Every Cub Scout participates in a Balanced Programme over a period of time. This ensures that all young people experience a quality programme covering a wide range of subjects. To help, the Balanced Programme is divided into a number of Programme Zones and Methods to ensure Cubs develop in all the Personal Development Areas.
The following are the six Programme Zones for Cub Scouts. As part of the Balanced Programme they will take part in activities from all the zones regularly.
- Beliefs and Attitudes
- Outdoor and
You can see what’s on the programme at Beacon by looking at our calendar on the website.
Beacon Scout Group is sponsored by The Beacon Church Centre. All members of the group are expected to make every effort to attend the five church parades held at The Beacon Church, and St Georges Day Parade, organised by the Scout District.
Badges and Awards
Badges and awards are given in recognition of the effort made by each young person at their own level.
The membership Award helps the young person understand the commitment they are making when they make the promise and become a Member of the Movement, if they have not been a Beaver Scout. It covers the history, traditions and practices of Scouting.
The Challenges Awards complement the Balanced Programme. These have been developed to extend Cub Scouts’ skills and experience in a particular area. The seven Challenges in the Cub Scout Section. The Chief Scouts Silver Awardis the highest award availablein the Cub Scout Section. It is gained by completing all the Challenge Awards plus six activity badges.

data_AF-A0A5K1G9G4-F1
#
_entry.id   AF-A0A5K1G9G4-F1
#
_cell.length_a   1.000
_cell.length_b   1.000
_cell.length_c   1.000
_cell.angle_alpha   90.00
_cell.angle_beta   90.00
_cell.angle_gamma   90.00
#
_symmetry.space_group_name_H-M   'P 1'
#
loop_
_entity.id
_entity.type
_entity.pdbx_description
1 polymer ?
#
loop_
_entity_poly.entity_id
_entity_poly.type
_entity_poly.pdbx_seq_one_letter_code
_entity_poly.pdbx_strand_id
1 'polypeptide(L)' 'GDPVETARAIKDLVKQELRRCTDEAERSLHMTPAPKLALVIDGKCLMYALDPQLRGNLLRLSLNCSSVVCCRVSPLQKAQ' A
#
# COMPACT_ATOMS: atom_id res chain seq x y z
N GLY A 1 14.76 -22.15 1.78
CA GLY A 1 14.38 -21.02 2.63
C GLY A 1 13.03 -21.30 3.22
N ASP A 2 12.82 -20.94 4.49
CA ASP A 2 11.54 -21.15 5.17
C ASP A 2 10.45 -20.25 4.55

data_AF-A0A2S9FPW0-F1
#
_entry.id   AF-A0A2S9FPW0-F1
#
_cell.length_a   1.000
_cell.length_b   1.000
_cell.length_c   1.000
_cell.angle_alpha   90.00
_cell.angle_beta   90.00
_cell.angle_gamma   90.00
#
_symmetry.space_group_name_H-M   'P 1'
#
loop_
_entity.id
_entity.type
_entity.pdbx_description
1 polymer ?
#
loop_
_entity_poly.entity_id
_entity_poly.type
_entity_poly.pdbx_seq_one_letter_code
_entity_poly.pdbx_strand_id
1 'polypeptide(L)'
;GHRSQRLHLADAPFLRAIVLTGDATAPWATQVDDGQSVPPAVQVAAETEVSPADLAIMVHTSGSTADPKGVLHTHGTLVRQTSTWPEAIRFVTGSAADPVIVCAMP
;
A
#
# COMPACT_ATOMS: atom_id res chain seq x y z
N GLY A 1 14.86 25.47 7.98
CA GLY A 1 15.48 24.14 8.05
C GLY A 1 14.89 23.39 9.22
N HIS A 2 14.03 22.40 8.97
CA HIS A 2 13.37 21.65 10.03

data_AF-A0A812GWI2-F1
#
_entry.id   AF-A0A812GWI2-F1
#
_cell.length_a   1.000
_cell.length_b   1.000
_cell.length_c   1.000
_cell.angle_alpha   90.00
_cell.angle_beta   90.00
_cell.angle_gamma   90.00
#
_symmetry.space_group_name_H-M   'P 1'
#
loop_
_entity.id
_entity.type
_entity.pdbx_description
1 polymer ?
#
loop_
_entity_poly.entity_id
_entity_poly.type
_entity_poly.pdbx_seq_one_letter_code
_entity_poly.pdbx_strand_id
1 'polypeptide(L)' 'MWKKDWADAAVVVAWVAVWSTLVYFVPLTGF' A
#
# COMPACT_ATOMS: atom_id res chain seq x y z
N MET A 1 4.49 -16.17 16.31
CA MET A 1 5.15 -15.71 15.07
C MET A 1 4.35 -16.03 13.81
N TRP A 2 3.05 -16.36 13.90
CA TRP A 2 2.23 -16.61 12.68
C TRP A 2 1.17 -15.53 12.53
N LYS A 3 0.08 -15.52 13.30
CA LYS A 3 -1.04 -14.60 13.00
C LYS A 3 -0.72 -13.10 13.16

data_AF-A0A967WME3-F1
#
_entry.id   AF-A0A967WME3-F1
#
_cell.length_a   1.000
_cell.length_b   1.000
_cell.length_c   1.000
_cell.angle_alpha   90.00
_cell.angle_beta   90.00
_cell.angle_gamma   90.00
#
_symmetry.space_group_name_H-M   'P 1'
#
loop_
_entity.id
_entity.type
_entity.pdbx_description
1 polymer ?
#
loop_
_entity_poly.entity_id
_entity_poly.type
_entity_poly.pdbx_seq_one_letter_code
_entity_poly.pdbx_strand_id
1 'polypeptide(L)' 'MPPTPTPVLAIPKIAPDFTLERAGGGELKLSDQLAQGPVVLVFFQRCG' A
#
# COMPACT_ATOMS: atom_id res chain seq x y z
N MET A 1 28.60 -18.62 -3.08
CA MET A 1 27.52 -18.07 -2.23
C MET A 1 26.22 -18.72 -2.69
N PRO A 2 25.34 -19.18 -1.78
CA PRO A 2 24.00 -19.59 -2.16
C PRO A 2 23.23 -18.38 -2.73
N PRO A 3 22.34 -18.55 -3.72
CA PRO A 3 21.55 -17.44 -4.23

Activity Badges are optional, but they provide an opportunity to reward a young person who has taken part in an activity over a period of time. They should raise interest and extend a young person’s skills throughout their time in Scouting. There are 37 Cub Scout Activity Badges, ranging from Book Reader to Navigator to Water Activities. In addition there are 15 Staged Activity Badgeswhich gives a young person the opportunity to develop an area of interest throughout their time in Scouting from 6 – 18.
The Joining In Awards recognise a commitment to Scouting. They celebrate Cub Scouts participating in a Balanced Programme over a period of time. They are awarded on the anniversary of the young person joining Scouting.
The Moving-On Award helps ease the transfer of a Cub Scout to the Scout Troop. It also allows the Cub Scout to be invested into the Troop immediately, recognising that they are already Members of the Scout Movement.
You can see all the badges and awards on the Scouts Website
Position of badges on the Cub Scout Uniform
Uniform can be purchased from Scout Shops or Clive Mark Schoolwear.
We have a responsibility to make sure Scouting is safe for all members. If any child behaves in a manner which could jeopardise the safety of the activity we are running, they will be removed from that activity. If necessary we may call you as parents to collect your child.
Please do ensure that you alert us in advance to any health or emotional issues your child may have, whether permanent or temporary, so we can avoid issues where at all possible. This will help us to plan our activity to make sure it accommodates the needs of all the children without singling any individual out.
Beacon Cub Pack
Beavers meet every Monday during term time. Most meetings are held 7.15pm – 8.30pm at The Beacon Church Centre, Whetty Lane. Some meetings may be held outside the Church or timings to achieve a balanced and exciting programme.
To contact the Cub leaders please email: firstname.lastname@example.org